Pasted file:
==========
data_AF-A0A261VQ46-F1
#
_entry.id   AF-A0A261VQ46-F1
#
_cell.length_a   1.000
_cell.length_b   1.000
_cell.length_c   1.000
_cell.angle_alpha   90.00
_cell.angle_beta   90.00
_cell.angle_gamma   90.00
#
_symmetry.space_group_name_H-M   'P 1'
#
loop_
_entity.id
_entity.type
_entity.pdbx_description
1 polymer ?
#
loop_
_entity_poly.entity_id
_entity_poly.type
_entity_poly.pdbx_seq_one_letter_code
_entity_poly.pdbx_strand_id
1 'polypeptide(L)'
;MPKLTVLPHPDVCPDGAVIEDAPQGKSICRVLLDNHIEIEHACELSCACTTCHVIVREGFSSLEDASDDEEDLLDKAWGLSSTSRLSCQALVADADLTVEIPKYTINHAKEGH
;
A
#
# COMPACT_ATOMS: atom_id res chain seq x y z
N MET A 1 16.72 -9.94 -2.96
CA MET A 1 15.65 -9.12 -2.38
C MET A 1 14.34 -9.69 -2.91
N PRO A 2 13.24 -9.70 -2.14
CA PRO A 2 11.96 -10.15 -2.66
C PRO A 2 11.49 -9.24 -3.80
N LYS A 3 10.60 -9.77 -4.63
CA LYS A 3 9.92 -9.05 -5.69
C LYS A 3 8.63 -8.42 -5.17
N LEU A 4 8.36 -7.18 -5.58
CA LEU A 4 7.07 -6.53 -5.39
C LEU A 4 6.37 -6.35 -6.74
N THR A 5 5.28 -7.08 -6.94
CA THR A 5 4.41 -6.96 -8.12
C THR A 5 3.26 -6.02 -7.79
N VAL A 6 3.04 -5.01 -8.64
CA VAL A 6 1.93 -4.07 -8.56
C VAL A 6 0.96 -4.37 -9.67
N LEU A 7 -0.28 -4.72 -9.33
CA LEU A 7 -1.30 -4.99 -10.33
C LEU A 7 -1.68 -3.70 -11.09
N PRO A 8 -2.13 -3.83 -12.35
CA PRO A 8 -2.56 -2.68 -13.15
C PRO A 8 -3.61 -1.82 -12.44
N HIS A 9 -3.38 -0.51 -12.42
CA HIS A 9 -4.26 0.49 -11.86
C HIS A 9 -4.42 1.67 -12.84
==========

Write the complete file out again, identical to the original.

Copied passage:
data_AF-A0A261VQ46-F1
#
_entry.id   AF-A0A261VQ46-F1
#
_cell.length_a   1.000
_cell.length_b   1.000
_cell.length_c   1.000
_cell.angle_alpha   90.00
_cell.angle_beta   90.00
_cell.angle_gamma   90.00
#
_symmetry.space_group_name_H-M   'P 1'
#
loop_
_entity.id
_entity.type
_entity.pdbx_description
1 polymer ?
#
loop_
_entity_poly.entity_id
_entity_poly.type
_entity_poly.pdbx_seq_one_letter_code
_entity_poly.pdbx_strand_id
1 'polypeptide(L)'
;MPKLTVLPHPDVCPDGAVIEDAPQGKSICRVLLDNHIEIEHACELSCACTTCHVIVREGFSSLEDASDDEEDLLDKAWGLSSTSRLSCQALVADADLTVEIPKYTINHAKEGH
;
A
#
# COMPACT_ATOMS: atom_id res chain seq x y z
N MET A 1 16.72 -9.94 -2.96
CA MET A 1 15.65 -9.12 -2.38
C MET A 1 14.34 -9.69 -2.91
N PRO A 2 13.24 -9.70 -2.14
CA PRO A 2 11.96 -10.15 -2.66
C PRO A 2 11.49 -9.24 -3.80
N LYS A 3 10.60 -9.77 -4.63
CA LYS A 3 9.92 -9.05 -5.69
C LYS A 3 8.63 -8.42 -5.17
N LEU A 4 8.36 -7.18 -5.58
CA LEU A 4 7.07 -6.53 -5.39
C LEU A 4 6.37 -6.35 -6.74
N THR A 5 5.28 -7.08 -6.94
CA THR A 5 4.41 -6.96 -8.12
C THR A 5 3.26 -6.02 -7.79
N VAL A 6 3.04 -5.01 -8.64
CA VAL A 6 1.93 -4.07 -8.56
C VAL A 6 0.96 -4.37 -9.67
N LEU A 7 -0.28 -4.72 -9.33
CA LEU A 7 -1.30 -4.99 -10.33
C LEU A 7 -1.68 -3.70 -11.09
N PRO A 8 -2.13 -3.83 -12.35
CA PRO A 8 -2.56 -2.68 -13.15
C PRO A 8 -3.61 -1.82 -12.44
N HIS A 9 -3.38 -0.51 -12.42
CA HIS A 9 -4.26 0.49 -11.86
C HIS A 9 -4.42 1.67 -12.84